Warburton, Western Australia
|Population||576 (2016 census)|
|Elevation||459 m (1,506 ft)|
|LGA(s)||Shire of Ngaanyatjarraku|
Warburton or Warburton Ranges is an Indigenous Australian community in Western Australia, just to the south of the Gibson Desert and located on the Great Central Road (part of the Outback Way) and Gunbarrel Highway. At the 2016 census, Warburton had a population of 576.
Australian Broadcasting Corporation research indicated that:
The Aboriginal people of the western desert were nomadic people, moving around in search of food and water. This changed with the arrival of missionaries and the beginning of 'settlement' at Warburton in 1933.
By 1954, between 500 and 700 Aboriginal people were living at Warburton. Children stayed in the children's home and were sent to school where they were taught in English, a policy that contributed to the breakdown of traditional culture. Women and girls were trained in sewing, kitchen skills and cooking, and men made money by collecting dingo scalps or working as shearers or builders for the mission. A nearby copper mine drew even more people to the settlement and by the 1970s the last of the nomadic people had come in from the bush.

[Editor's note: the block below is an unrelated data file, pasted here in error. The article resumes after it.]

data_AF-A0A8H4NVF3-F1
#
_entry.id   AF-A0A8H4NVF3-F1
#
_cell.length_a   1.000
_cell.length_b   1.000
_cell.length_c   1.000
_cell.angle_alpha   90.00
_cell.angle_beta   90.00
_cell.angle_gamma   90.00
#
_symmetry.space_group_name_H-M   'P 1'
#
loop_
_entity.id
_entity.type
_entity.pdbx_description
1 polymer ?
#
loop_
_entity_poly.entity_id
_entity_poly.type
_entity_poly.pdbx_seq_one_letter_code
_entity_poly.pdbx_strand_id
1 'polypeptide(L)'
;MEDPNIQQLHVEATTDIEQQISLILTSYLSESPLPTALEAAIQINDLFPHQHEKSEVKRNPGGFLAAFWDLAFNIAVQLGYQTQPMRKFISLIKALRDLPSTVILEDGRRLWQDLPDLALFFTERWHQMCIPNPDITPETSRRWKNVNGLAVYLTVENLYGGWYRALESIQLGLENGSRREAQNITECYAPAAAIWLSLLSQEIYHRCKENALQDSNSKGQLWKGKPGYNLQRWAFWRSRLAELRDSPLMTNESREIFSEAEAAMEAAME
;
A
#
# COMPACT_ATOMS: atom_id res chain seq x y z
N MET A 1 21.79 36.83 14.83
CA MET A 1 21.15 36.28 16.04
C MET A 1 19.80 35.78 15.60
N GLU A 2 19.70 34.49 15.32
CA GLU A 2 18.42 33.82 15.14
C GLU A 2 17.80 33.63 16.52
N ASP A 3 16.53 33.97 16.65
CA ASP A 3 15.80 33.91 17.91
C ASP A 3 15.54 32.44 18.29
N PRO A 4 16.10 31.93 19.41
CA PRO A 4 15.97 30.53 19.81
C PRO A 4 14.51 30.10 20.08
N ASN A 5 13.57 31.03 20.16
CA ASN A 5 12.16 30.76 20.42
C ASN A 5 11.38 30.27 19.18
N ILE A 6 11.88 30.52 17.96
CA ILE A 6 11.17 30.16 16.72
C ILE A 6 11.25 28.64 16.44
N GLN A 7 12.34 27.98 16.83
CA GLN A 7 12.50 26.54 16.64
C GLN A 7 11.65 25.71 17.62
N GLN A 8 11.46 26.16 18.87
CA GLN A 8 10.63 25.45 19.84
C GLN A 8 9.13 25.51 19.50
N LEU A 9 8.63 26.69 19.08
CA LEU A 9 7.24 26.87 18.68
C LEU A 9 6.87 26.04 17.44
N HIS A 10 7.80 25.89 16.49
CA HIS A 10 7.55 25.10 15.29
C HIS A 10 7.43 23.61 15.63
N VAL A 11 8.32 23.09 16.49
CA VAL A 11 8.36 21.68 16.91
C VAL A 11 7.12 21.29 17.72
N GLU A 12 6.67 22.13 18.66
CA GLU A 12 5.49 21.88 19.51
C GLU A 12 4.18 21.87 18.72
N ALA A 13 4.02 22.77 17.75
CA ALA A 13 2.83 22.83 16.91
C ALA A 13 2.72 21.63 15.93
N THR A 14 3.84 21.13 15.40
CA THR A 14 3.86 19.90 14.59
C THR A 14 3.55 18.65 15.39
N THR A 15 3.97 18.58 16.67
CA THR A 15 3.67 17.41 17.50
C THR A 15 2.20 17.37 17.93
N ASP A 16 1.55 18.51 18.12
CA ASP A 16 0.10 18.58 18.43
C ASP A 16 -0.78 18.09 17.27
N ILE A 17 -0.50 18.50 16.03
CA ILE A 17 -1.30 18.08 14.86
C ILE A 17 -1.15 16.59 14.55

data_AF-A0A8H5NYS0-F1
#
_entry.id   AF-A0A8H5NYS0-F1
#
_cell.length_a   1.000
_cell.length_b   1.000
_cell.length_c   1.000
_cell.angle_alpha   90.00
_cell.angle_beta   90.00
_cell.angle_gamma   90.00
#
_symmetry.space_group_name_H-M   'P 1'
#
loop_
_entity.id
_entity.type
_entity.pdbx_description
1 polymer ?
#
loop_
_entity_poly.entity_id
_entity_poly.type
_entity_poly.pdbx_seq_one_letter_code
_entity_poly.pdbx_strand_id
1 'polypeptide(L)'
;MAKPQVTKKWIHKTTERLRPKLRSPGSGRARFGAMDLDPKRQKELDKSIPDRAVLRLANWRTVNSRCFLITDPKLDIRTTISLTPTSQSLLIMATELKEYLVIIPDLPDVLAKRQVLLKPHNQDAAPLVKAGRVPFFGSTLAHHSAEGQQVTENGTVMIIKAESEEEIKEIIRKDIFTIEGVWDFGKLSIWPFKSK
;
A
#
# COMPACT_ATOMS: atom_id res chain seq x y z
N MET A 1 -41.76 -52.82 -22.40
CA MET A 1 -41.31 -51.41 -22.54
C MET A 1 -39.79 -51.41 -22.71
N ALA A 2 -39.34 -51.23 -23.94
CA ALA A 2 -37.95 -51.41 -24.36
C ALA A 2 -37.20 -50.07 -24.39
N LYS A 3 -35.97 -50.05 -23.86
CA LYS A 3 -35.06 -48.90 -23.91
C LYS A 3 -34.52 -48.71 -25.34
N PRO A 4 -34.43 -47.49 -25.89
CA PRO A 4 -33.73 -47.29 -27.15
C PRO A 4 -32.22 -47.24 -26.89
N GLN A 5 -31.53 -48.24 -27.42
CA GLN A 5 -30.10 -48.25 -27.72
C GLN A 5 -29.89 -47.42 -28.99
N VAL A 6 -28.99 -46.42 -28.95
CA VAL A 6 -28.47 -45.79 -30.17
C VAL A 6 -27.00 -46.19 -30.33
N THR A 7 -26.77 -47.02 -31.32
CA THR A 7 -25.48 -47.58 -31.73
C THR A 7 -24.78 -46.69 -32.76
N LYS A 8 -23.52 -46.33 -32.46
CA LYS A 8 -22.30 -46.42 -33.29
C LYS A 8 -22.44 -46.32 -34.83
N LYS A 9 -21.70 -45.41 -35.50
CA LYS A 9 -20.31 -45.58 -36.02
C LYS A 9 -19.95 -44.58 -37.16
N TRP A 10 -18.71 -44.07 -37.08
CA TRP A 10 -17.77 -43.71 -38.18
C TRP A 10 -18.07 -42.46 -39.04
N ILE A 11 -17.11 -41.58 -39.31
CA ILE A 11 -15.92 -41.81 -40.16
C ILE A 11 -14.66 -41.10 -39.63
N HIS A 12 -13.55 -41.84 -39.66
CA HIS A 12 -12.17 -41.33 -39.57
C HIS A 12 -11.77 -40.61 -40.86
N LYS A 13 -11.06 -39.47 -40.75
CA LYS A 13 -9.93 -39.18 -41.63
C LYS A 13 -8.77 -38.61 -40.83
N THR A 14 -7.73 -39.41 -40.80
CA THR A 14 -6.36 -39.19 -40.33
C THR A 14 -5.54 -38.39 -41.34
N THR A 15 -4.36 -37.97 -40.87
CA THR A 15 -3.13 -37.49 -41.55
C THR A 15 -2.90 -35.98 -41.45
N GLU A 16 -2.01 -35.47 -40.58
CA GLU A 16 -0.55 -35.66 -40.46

The settlement has been an Aboriginal mission since 1934, when Will Wade, his wife and his children established the mission under the auspices of the UAM (United Aborigines Mission). It is named after explorer Peter Warburton, the first European to cross the Great Sandy Desert.
The ABC later adds:
In 1973, the United Aborigines Mission handed control of the Warburton settlement to the Aboriginal people, and responsibility for economic development was undertaken by the Aboriginal Affairs Planning Authority of the state government of Western Australia. Since then, Warburton has worked under the umbrella of the Ngaanyatjarra Council.
The town was hit by a flash flood in February 2011. Water levels in some parts of town reached as high as 2 metres (7 ft) resulting in 60 homes being evacuated. Water flowed through 15 homes to a height of 30 centimetres (12 in) and two people had to be rescued from a stranded four-wheel drive vehicle that had water reach window level.
Warburton is the centre of a very large and extremely isolated Aboriginal reserve, Ngaanyatjarra, which stretches east to the Northern Territory border. Beyond there the first major settlement is Yulara, near Uluru. The closest town is Laverton 560 km south west along the Great Central Road.
Warburton is situated on the Elder Creek.
The area around Warburton continues to be of interest for mining exploration, predominantly for copper and nickel, but also uranium and gold.